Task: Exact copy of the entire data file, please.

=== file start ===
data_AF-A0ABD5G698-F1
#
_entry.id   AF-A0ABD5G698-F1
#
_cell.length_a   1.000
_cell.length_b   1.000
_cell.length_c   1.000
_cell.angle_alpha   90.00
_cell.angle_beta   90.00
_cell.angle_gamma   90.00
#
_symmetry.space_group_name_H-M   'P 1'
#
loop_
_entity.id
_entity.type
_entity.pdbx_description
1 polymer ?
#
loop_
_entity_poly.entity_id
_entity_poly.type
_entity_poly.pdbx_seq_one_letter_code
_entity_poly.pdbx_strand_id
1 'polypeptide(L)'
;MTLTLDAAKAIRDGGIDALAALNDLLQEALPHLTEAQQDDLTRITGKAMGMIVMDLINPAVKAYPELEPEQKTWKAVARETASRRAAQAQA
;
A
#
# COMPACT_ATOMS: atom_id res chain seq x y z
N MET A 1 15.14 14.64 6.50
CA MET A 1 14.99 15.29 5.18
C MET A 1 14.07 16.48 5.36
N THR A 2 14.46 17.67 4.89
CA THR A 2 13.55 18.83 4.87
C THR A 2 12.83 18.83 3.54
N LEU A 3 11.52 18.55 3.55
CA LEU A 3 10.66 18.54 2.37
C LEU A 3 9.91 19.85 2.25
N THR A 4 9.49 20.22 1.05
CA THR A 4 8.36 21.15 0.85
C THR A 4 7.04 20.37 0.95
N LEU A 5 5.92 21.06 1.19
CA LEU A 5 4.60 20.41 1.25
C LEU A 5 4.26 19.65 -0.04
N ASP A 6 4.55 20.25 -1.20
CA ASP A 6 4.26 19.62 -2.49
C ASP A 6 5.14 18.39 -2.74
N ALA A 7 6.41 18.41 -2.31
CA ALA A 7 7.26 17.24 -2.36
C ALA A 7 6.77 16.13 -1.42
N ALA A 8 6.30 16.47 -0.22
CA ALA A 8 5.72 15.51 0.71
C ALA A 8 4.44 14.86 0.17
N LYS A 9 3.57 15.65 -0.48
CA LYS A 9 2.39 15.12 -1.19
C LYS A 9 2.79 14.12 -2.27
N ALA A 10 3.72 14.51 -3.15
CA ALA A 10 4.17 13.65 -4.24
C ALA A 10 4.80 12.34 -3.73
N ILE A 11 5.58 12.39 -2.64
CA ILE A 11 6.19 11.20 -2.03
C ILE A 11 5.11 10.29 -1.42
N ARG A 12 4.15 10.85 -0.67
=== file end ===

data_AF-A0ABD5G698-F1
#
_entry.id   AF-A0ABD5G698-F1
#
_cell.length_a   1.000
_cell.length_b   1.000
_cell.length_c   1.000
_cell.angle_alpha   90.00
_cell.angle_beta   90.00
_cell.angle_gamma   90.00
#
_symmetry.space_group_name_H-M   'P 1'
#
loop_
_entity.id
_entity.type
_entity.pdbx_description
1 polymer ?
#
loop_
_entity_poly.entity_id
_entity_poly.type
_entity_poly.pdbx_seq_one_letter_code
_entity_poly.pdbx_strand_id
1 'polypeptide(L)'
;MTLTLDAAKAIRDGGIDALAALNDLLQEALPHLTEAQQDDLTRITGKAMGMIVMDLINPAVKAYPELEPEQKTWKAVARETASRRAAQAQA
;
A
#
# COMPACT_ATOMS: atom_id res chain seq x y z
N MET A 1 15.14 14.64 6.50
CA MET A 1 14.99 15.29 5.18
C MET A 1 14.07 16.48 5.36
N THR A 2 14.46 17.67 4.89
CA THR A 2 13.55 18.83 4.87
C THR A 2 12.83 18.83 3.54
N LEU A 3 11.52 18.55 3.55
CA LEU A 3 10.66 18.54 2.37
C LEU A 3 9.91 19.85 2.25
N THR A 4 9.49 20.22 1.05
CA THR A 4 8.36 21.15 0.85
C THR A 4 7.04 20.37 0.95
N LEU A 5 5.92 21.06 1.19
CA LEU A 5 4.60 20.41 1.25
C LEU A 5 4.26 19.65 -0.04
N ASP A 6 4.55 20.25 -1.20
CA ASP A 6 4.26 19.62 -2.49
C ASP A 6 5.14 18.39 -2.74
N ALA A 7 6.41 18.41 -2.31
CA ALA A 7 7.26 17.24 -2.36
C ALA A 7 6.77 16.13 -1.42
N ALA A 8 6.30 16.47 -0.22
CA ALA A 8 5.72 15.51 0.71
C ALA A 8 4.44 14.86 0.17
N LYS A 9 3.57 15.65 -0.48
CA LYS A 9 2.39 15.12 -1.19
C LYS A 9 2.79 14.12 -2.27
N ALA A 10 3.72 14.51 -3.15
CA ALA A 10 4.17 13.65 -4.24
C ALA A 10 4.80 12.34 -3.73
N ILE A 11 5.58 12.39 -2.64
CA ILE A 11 6.19 11.20 -2.03
C ILE A 11 5.11 10.29 -1.42
N ARG A 12 4.15 10.85 -0.67